There is a growing trend in the fitness community of utilizing waist cinchers to help women obtain the hourglass figure that is often desired on stage. I first heard of this trend when I was talking to a fellow competitor who told me that her team promotes waist cincher training for all of their bikini competitors. At the time, I was unaware that such a method of training existed, so I decided to investigate further.
Cinchers became popular in the 1920’s and began as a fashion craze worn on top of women’s clothing. It was not until later that women started wearing them as undergarments to change the appearance of their waistlines. In recent years, there has been a resurgence of women in the fitness industry who have been using them in their fitness regimes and posting videos and selfies of themselves training in them. So what are the pros and cons to waist cinchers and are they safe?
The waist cincher has been used to shrink waistlines for decades. Many women use it under their clothing to create the illusion of a smaller waistline. Some of the companies that manufacture cinchers claim that they compress your core, increase your perspiration, detox the body by releasing toxins and help metabolize abdominal fat. The advocates of waist cinching also claim that it decreases your appetite (because it is so tight), thus helping you lose weight.
Problems do not seem to exist if you plan on wearing the cincher corsets for one or two evenings out. Problems start to arise once it becomes more of a long-term habit. One of the concerns is that corset training can be so tight that it can actually restrict lung expansion. Not only is this concerning, but for women who are training with these corsets in place during their exercise routines, it may produce more risk than actual good since your lungs cannot function as needed. Cincher corsets have also been found to restrict your bowels leading to constipation, while also compressing your ribs and organs.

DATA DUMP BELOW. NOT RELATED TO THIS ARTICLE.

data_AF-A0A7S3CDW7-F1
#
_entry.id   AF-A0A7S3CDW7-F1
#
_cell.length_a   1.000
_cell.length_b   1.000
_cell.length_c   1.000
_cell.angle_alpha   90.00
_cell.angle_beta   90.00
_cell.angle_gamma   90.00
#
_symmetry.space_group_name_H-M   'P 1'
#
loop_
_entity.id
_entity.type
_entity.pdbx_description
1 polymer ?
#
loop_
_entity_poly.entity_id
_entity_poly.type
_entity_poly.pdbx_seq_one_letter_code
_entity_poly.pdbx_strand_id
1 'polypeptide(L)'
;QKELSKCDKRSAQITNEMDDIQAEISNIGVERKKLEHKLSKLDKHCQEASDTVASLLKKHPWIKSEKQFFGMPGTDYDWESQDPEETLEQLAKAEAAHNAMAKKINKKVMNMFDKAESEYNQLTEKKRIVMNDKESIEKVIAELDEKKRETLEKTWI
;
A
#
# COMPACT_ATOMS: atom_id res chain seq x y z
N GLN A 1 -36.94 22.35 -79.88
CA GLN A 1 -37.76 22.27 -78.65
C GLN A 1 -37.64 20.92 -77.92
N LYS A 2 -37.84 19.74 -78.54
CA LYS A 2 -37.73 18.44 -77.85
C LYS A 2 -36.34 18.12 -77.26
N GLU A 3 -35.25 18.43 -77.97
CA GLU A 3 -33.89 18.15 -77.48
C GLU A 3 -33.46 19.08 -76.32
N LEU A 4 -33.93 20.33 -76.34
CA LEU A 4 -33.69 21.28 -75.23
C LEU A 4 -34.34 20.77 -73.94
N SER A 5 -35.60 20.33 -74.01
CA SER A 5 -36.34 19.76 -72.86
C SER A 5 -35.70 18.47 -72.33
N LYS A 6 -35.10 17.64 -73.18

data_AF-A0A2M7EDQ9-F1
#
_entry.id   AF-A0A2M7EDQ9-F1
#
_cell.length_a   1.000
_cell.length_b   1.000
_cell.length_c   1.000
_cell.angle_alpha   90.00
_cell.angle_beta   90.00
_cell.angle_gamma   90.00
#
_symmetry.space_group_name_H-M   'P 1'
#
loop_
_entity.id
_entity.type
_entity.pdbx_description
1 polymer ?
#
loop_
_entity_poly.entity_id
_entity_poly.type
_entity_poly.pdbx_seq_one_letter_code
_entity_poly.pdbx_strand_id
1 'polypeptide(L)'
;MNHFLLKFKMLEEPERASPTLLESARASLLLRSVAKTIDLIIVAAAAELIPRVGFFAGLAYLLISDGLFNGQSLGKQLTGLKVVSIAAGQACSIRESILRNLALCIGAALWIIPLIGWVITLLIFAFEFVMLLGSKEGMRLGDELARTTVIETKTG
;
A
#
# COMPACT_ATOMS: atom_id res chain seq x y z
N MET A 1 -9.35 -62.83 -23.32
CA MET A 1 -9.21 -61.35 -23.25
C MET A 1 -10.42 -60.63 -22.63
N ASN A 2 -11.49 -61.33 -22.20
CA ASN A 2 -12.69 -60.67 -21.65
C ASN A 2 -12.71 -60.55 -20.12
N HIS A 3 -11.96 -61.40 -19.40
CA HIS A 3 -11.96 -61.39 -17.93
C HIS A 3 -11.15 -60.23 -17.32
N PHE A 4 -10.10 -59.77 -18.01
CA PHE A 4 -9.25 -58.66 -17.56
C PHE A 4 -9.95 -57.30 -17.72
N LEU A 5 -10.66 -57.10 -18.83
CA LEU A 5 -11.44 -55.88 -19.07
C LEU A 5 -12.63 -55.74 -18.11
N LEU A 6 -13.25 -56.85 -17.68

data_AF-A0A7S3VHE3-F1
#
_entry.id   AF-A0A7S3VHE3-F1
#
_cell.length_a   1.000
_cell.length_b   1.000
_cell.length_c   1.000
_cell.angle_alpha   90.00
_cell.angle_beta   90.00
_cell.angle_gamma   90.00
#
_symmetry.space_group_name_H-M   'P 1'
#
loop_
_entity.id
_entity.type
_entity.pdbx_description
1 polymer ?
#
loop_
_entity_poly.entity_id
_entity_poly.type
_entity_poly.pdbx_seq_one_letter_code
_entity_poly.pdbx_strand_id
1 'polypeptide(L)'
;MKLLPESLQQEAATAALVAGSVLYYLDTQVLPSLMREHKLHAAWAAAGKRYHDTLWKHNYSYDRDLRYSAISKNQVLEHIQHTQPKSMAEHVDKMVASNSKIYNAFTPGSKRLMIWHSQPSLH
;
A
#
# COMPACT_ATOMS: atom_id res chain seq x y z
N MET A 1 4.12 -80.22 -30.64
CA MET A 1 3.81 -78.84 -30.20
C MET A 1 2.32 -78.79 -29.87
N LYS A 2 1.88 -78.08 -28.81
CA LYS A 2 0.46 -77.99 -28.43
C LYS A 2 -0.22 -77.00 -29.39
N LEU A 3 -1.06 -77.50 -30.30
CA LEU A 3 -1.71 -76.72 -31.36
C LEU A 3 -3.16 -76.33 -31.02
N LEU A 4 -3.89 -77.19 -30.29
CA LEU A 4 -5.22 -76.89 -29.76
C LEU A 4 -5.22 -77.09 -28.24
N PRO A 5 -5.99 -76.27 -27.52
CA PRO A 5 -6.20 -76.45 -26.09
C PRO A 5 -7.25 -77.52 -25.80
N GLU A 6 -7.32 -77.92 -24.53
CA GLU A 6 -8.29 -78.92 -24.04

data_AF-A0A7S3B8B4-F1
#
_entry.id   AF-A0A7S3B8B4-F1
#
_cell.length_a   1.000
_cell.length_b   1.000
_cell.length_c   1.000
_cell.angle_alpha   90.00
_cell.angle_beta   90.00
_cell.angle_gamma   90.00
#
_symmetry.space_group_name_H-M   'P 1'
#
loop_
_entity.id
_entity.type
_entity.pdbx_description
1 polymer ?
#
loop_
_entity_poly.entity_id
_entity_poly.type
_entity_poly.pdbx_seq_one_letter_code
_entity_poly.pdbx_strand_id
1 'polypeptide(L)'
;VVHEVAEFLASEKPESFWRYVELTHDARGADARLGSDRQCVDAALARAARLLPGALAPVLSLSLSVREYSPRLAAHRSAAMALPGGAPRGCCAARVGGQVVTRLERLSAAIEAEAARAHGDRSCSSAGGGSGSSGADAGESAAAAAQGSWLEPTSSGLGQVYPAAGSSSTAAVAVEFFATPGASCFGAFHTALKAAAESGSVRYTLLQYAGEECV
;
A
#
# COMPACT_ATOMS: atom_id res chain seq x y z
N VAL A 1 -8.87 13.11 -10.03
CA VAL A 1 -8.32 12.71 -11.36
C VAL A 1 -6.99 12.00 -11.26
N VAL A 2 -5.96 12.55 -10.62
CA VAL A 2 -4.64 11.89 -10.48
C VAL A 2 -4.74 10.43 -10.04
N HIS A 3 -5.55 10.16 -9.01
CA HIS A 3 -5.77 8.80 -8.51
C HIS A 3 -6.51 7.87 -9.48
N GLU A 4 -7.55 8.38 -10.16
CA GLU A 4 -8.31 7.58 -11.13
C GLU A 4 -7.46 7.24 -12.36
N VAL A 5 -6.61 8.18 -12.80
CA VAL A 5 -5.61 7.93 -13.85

The Try Out
So, I decided to check it out for myself. I went to a local retailer in Toronto and got fitted for a cincher corset. All I know is, it was 4-6 inches smaller than my actual waist and I felt like I was suffocating. The owner squeezed me into it and I felt like I could not breathe. I remember thinking, “this is the crazy stuff us women do to look shapely…geez”. So I purchased the cincher and brought it home. I was told I needed to wear it for about 6-8 hours for about 4-8 weeks in order to see a change. The owner of the company told me I could even exercise with it on. Yeah right, that was not happening (my workouts are uncomfortable enough).
The corset was made of latex and had these really annoying bones along the sides of the ribs. The cincher itself was not so bad to wear. It was the bones digging into my sides and the latex smell that bothered me. Needless to say, I wore it. It was so tight that I often felt like I was going to pass out! After using it for a couple of weeks, I did notice I had abdominal perspiration whenever I wore the corset but I gave up after about 2 weeks. I did not see it being worth the discomfort and thought about the long-term effects which helped make the decision to stop wearing the cincher corset. My background in nursing made me think about what I could be doing to my body and it did not seem like the best choice for me.
Having said all that, there are many women who have had success with waist training, and some have lost inches from their waistlines. In the end however, there is not enough evidence out there for me to justify putting my body through that discomfort for a few inches. I would much rather wait to see the research and results that arise on this topic and then decide if I want to squeeze myself into waist training!